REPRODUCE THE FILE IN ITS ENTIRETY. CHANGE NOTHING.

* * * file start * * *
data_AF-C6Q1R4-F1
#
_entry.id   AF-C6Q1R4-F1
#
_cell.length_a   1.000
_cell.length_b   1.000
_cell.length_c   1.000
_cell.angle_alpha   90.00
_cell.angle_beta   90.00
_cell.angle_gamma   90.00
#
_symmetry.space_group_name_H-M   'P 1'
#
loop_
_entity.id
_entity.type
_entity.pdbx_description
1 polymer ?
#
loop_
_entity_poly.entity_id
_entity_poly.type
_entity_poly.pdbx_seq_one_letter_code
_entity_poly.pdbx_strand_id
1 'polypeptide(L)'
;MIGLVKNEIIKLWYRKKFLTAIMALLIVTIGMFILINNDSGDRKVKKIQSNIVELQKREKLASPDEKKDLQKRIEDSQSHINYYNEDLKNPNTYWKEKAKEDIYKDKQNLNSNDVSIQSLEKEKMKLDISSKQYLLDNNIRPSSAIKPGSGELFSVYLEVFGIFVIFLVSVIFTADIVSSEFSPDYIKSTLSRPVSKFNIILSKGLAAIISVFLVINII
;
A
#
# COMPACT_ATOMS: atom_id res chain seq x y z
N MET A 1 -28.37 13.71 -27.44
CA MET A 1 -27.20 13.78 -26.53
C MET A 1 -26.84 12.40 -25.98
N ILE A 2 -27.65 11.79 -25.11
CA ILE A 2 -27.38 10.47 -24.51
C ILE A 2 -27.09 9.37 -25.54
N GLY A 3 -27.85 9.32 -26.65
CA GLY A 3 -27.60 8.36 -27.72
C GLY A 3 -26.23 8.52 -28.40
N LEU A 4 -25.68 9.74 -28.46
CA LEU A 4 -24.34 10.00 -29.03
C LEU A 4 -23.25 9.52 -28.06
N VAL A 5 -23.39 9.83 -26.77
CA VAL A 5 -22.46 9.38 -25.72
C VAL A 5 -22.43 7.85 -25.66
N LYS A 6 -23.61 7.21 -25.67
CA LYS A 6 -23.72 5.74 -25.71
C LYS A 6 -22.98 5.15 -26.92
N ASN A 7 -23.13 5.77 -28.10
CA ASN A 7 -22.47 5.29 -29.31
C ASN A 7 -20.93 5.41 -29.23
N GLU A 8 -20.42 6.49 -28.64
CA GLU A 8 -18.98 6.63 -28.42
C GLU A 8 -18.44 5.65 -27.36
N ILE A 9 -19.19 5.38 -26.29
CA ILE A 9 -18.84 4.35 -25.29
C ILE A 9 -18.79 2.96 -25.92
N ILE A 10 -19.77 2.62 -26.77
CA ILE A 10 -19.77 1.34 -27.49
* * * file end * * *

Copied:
data_AF-C6Q1R4-F1
#
_entry.id   AF-C6Q1R4-F1
#
_cell.length_a   1.000
_cell.length_b   1.000
_cell.length_c   1.000
_cell.angle_alpha   90.00
_cell.angle_beta   90.00
_cell.angle_gamma   90.00
#
_symmetry.space_group_name_H-M   'P 1'
#
loop_
_entity.id
_entity.type
_entity.pdbx_description
1 polymer ?
#
loop_
_entity_poly.entity_id
_entity_poly.type
_entity_poly.pdbx_seq_one_letter_code
_entity_poly.pdbx_strand_id
1 'polypeptide(L)'
;MIGLVKNEIIKLWYRKKFLTAIMALLIVTIGMFILINNDSGDRKVKKIQSNIVELQKREKLASPDEKKDLQKRIEDSQSHINYYNEDLKNPNTYWKEKAKEDIYKDKQNLNSNDVSIQSLEKEKMKLDISSKQYLLDNNIRPSSAIKPGSGELFSVYLEVFGIFVIFLVSVIFTADIVSSEFSPDYIKSTLSRPVSKFNIILSKGLAAIISVFLVINII
;
A
#
# COMPACT_ATOMS: atom_id res chain seq x y z
N MET A 1 -28.37 13.71 -27.44
CA MET A 1 -27.20 13.78 -26.53
C MET A 1 -26.84 12.40 -25.98
N ILE A 2 -27.65 11.79 -25.11
CA ILE A 2 -27.38 10.47 -24.51
C ILE A 2 -27.09 9.37 -25.54
N GLY A 3 -27.85 9.32 -26.65
CA GLY A 3 -27.60 8.36 -27.72
C GLY A 3 -26.23 8.52 -28.40
N LEU A 4 -25.68 9.74 -28.46
CA LEU A 4 -24.34 10.00 -29.03
C LEU A 4 -23.25 9.52 -28.06
N VAL A 5 -23.39 9.83 -26.77
CA VAL A 5 -22.46 9.38 -25.72
C VAL A 5 -22.43 7.85 -25.66
N LYS A 6 -23.61 7.21 -25.67
CA LYS A 6 -23.72 5.74 -25.71
C LYS A 6 -22.98 5.15 -26.92
N ASN A 7 -23.13 5.77 -28.10
CA ASN A 7 -22.47 5.29 -29.31
C ASN A 7 -20.93 5.41 -29.23
N GLU A 8 -20.42 6.49 -28.64
CA GLU A 8 -18.98 6.63 -28.42
C GLU A 8 -18.44 5.65 -27.36
N ILE A 9 -19.19 5.38 -26.29
CA ILE A 9 -18.84 4.35 -25.29
C ILE A 9 -18.79 2.96 -25.92
N ILE A 10 -19.77 2.62 -26.77
CA ILE A 10 -19.77 1.34 -27.49